Their targets included "hundreds of victim companies, governments, non-governmental organisations, and individual dissidents, clergy, and democratic and human rights activists in the United States and abroad, including Hong Kong and China", said the Justice Department.

Li Xiaoyu, 34, and Dong Jiazhi, 33, were "on call" for the Chinese government's Ministry of State Security, said US Assistant Attorney-General John Demers.

The FBI issued wanted notices for the duo, who are believed to be in China.

They were described as electrical engineers who met at a university in Chengdu, China, and operated their criminal enterprise for more than a decade.

The Australian companies targeted were not identified, apart from being named as Victim 21 and 23.

Demers said the 27-page federal grand jury indictment charged them with targeting a series of companies across the world.

"The hackers targeted technology companies in countries with high technology industries, including in Australia, Belgium, Germany, Japan, Lithuania, the Netherlands, Spain, South Korea, Sweden, the United Kingdom, and the United States," he said.

"These intrusions are yet another example of China's brazen willingness to engage in theft through computer intrusions contrary to their international commitments."

The hacks were attempted through malware, and Australia was targeted in January and April this year.

"On or about January 28, 2020, Li accessed Victim 23's network via a China Chopper web shell," the indictment reads.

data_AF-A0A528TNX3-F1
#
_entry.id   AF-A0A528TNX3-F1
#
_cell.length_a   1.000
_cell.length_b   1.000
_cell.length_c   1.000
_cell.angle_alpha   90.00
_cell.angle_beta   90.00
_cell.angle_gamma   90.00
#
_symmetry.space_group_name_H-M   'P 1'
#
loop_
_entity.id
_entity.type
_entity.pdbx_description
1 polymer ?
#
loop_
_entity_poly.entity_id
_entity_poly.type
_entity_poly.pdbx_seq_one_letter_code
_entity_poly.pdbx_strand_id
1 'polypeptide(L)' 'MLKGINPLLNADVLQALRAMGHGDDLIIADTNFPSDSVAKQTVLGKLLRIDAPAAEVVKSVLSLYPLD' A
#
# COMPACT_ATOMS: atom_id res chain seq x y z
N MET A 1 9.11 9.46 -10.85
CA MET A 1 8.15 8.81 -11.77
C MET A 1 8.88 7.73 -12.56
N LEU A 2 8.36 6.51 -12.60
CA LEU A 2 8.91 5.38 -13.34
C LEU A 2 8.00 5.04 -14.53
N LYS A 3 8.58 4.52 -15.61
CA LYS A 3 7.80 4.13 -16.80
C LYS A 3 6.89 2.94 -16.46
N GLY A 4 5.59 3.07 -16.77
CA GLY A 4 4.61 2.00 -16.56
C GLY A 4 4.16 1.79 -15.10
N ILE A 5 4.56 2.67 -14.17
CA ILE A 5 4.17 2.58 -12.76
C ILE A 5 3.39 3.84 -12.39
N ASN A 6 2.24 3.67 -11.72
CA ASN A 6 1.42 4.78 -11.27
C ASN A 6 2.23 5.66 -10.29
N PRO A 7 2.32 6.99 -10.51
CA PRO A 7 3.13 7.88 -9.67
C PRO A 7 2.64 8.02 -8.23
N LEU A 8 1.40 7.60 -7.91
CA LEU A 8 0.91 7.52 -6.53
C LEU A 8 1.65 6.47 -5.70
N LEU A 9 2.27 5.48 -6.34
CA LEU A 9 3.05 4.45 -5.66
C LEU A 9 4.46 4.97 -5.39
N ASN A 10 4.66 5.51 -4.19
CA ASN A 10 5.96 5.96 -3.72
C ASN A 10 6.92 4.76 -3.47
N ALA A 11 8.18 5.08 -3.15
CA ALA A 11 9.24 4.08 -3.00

"Li then executed commands on Victim 23's network that enabled him to view reconnaissance information such as directory contents and user privileges."

The hackers acted in some instances "for their own personal gain" and in others for the benefit of the Chinese government.

"The indictment specifically outlines how stealing intellectual property from companies in these hi-tech industries could help Chinese companies replicate the targeted technology and eventually edge out their non-Chinese competitors," said Demers.

"China's anti-competitive behaviour and flagrant disregard for their promises not to engage in cyber-enabled intellectual property theft is not just a domestic issue; it is a global issue.

"The indictment alleges activity against companies in at least 10 countries around the world.

The indictment shows very clearly that no country is immune. Any country with a successful company or industry must be on guard and prepared to protect itself.

"The indictment also highlights how the Chinese government is willing to turn a blind eye to prolific criminal hackers operating within China's borders.

"In this manner, China has now taken its place, alongside Russia, Iran, and North Korea, in that shameful club of nations that provide a safe haven for cyber criminals in exchange for those criminals being "on call" to work for the benefit of the state, here to feed the Chinese Communist Party's insatiable hunger for American and other non-Chinese companies' hard-earned intellectual property, including COVID-19 research.

"With the top cover provided by state officials, these criminals are given free rein to victimise law abiding citizens around the world. All of these activities - state-sponsored theft of intellectual property and knowingly providing a safe havens for cyber criminals - run afoul of norms of acceptable state behaviour in cyberspace, which the international community must address."

Originally published as US closes 'massive Chinese spy centre' in Texas